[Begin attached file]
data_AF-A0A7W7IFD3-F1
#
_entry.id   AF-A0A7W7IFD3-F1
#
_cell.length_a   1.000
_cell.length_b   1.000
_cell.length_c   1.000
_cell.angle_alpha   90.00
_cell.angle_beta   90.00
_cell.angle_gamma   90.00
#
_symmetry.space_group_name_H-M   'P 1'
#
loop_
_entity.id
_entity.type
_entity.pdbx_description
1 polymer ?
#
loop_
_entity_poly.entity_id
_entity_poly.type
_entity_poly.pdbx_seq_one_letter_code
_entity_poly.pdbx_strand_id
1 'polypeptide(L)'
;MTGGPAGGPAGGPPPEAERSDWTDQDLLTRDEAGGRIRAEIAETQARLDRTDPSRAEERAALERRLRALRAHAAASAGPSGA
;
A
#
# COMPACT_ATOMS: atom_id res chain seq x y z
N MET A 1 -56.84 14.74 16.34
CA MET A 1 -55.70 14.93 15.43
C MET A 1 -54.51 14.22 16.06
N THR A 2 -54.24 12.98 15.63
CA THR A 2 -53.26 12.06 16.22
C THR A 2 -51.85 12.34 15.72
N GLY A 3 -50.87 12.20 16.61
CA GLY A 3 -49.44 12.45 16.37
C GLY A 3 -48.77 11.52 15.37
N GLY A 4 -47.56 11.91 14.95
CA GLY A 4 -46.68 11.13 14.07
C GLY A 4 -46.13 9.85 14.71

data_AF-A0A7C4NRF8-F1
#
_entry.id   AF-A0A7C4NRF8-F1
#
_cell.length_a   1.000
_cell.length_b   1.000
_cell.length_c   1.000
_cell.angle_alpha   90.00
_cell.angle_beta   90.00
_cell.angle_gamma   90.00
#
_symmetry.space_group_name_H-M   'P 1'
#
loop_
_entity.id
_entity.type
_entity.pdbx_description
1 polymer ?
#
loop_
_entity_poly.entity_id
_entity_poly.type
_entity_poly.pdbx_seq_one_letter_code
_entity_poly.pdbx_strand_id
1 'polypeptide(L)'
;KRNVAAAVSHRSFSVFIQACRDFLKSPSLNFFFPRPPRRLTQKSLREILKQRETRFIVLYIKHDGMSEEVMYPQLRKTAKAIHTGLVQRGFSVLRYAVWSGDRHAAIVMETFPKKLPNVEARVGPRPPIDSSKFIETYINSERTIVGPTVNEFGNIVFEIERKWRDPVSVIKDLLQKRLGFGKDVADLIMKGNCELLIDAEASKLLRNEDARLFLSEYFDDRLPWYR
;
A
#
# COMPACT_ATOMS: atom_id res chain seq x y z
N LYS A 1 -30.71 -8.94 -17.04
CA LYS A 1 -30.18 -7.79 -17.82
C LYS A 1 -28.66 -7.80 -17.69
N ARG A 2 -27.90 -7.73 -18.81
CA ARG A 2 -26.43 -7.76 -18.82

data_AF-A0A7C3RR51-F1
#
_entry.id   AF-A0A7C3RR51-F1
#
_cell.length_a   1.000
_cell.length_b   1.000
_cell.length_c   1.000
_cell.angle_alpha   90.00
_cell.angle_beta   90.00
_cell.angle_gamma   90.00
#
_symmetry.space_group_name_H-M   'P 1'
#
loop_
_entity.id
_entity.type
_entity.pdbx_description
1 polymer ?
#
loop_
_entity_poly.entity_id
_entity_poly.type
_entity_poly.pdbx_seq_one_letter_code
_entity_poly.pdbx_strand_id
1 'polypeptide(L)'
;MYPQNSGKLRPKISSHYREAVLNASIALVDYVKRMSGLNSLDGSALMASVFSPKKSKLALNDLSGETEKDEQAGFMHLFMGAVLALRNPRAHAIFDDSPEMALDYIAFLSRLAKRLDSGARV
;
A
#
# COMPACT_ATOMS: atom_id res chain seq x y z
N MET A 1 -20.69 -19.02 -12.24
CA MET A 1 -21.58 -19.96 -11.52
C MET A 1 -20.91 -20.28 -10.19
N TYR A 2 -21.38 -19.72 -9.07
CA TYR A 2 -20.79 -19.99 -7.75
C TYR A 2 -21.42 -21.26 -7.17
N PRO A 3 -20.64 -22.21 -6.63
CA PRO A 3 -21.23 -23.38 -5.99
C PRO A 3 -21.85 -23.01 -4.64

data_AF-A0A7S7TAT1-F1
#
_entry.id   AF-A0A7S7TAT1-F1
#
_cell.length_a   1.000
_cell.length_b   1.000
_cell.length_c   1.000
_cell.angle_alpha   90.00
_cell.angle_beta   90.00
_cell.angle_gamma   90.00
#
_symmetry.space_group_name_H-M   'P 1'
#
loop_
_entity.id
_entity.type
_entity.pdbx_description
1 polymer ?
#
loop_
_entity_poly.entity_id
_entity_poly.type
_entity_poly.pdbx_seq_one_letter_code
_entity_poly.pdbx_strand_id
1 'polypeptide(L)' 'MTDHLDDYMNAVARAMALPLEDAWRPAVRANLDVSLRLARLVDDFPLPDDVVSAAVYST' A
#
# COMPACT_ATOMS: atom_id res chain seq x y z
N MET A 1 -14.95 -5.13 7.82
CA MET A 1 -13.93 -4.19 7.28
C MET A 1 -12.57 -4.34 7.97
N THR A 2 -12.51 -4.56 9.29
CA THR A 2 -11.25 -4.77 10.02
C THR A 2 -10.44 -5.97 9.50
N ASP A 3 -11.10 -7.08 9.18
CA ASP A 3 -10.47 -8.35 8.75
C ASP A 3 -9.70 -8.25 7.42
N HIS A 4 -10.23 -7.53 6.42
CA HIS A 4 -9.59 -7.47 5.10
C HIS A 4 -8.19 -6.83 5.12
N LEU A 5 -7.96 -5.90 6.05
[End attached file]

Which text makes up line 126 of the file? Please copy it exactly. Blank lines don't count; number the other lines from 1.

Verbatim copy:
_cell.angle_gamma   90.00